Here's what happened last time they came to the Proms. You've seen it before. See it again. If you can't get to the show tonight, it's live on BBC Radio 3 as usual and on TV tomorrow.

Wednesday, July 27, 2011

And the winner is...

Congratulations to STEPHEN LLEWELLYN, winner of the JDCMB 'Chacun a son gout' competition. Yes, bizarrely enough, that is indeed the same Stephen Llewellyn who was the proud champion of Miss Mussel's first #operaplot competition. Stephen, you will be the lucky recipient of the new CD by Joseph Calleja, 'The Maltese Tenor', which will be sent to you straight from the offices of Universal Classics.

The correct answers: 'Chacun a son gout' is featured prominently in Johann Strauss II's opera Die Fledermaus. And it is sung by Prince Orlofsky. I am impressed that everybody who entered the competition - and there were lots of you - got it right.

The prize draw took place last night in the concertmaster's dressing room at the Royal Albert Hall, just after the London Philharmonic had completed its 'Vladothon' all-Hungarian Prom, which involved Kodaly's Dances of Galanta, Bartok's Piano Concerto No.1 with Jean-Efflam Bavouzet as soloist, and to end, Liszt's Faust Symphony.

We asked the orchestra's one actual Hungarian violinist, Katalin Varnagy, to select the winner's name from the many entries that mingled in the violin case... You can see the very glam Kati talking about her Hungarian musical heritage in the Prom interval when the concert's televised on Thursday evening.

Then, since the occasion was also Tomcat's birthday and, besides, marked the 25th anniversary of him joining the LPO (odd, as he's only 21...) everyone came along for a drink, including the adorable and stupendous Mr Bavouzet...


...and also Vladimir Jurowski and concertmaster Pieter Schoemann (pictured below - l to r, Vladimir, Tomcat, Kati and Pieter). The flag is Hungarian - there's a green stripe at the bottom.

I'd just like to reassure any Hungarian Dances fans that the characters of Karina (semi-Hungarian) and Rohan (South African) were not actually based on Kati and Pieter. It's all pure coincidence, honest to goodness, guv. These things happen with books sometimes. Life imitates art. It does.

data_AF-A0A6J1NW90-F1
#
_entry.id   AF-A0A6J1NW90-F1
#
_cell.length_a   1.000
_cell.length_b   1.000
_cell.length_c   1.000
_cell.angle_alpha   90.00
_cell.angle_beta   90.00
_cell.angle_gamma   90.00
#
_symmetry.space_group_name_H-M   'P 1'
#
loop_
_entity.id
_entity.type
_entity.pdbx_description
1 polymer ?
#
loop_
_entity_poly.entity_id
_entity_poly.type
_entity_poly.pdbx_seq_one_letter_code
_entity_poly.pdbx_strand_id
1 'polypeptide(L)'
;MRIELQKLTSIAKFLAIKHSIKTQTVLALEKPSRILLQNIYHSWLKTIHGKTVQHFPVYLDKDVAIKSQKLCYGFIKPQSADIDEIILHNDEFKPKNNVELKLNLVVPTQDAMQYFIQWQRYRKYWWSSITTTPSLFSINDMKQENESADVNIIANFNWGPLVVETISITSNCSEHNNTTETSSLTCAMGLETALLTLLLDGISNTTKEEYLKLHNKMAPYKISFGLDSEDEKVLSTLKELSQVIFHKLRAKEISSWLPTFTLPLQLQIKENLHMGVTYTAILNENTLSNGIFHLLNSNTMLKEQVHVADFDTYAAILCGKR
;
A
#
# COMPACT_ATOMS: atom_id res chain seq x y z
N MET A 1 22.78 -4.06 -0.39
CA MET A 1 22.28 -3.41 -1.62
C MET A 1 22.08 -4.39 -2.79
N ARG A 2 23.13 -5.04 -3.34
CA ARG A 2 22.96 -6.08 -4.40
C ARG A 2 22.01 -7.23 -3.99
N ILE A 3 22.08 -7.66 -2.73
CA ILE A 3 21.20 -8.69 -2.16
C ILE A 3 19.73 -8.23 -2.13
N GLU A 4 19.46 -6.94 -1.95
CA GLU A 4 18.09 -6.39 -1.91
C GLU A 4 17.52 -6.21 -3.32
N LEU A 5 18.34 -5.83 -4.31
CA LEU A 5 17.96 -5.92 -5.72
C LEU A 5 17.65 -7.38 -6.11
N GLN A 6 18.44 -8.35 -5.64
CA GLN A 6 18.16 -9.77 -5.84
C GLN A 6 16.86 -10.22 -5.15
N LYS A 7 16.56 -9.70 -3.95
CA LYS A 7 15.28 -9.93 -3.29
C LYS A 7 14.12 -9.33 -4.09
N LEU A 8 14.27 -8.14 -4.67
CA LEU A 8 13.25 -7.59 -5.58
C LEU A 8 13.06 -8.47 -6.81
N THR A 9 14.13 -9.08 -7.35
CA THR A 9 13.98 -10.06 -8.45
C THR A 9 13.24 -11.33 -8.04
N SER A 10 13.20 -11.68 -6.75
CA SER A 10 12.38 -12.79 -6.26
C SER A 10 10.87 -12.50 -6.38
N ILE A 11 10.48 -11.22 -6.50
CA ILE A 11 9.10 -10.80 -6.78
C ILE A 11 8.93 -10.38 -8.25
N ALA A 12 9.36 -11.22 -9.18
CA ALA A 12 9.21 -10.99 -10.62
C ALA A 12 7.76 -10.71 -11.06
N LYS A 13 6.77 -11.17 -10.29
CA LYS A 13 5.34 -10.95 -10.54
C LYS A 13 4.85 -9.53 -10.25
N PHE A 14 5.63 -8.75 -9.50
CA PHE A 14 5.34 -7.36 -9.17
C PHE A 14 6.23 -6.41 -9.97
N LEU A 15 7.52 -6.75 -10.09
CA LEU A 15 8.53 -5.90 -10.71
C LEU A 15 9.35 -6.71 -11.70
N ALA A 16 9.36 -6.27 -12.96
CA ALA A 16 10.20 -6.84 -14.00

Quite a late night. Please excuse the JDCMB team while it adjourns to the kitchen for extra coffee....

Wednesday, July 20, 2011

About time too...

Small-scale live music in Britain has been hobbled in the Helf'n'Safeteh Years by regulatory tourniquets that have seemed determined to prevent any blood flowing into what should be a vibrant scene and a valuable testing ground. Good news arrives from the Incorporated Society of Musicians this morning: parliament is progressing well towards passing laws that seek to stop the hamstringing. (Assuming, that is, that there'll be any parliament left after Rupertgate.)

Here's the ISM's statement - but first, a nice little example of what's possible with just two instruments, courtesy of Jascha Heifetz and William Primrose. I have this piece on the brain after the delectable Capucon brothers gave it some serious welly in their Proms encore yesterday. Yes, I know, I know - that's not at all what the bill means by 'small-scale', but I'm happily clutching at musical straws in the hope of bringing you something beautiful to brighten your day.

ISM welcomes continued progress of Live Music Bill
Government confirms entertainment de-regulation plans

Proposals to de-regulate small scale live music events could become law in 2012 after the Live Music Bill made it through its committee stage in the House of Lords.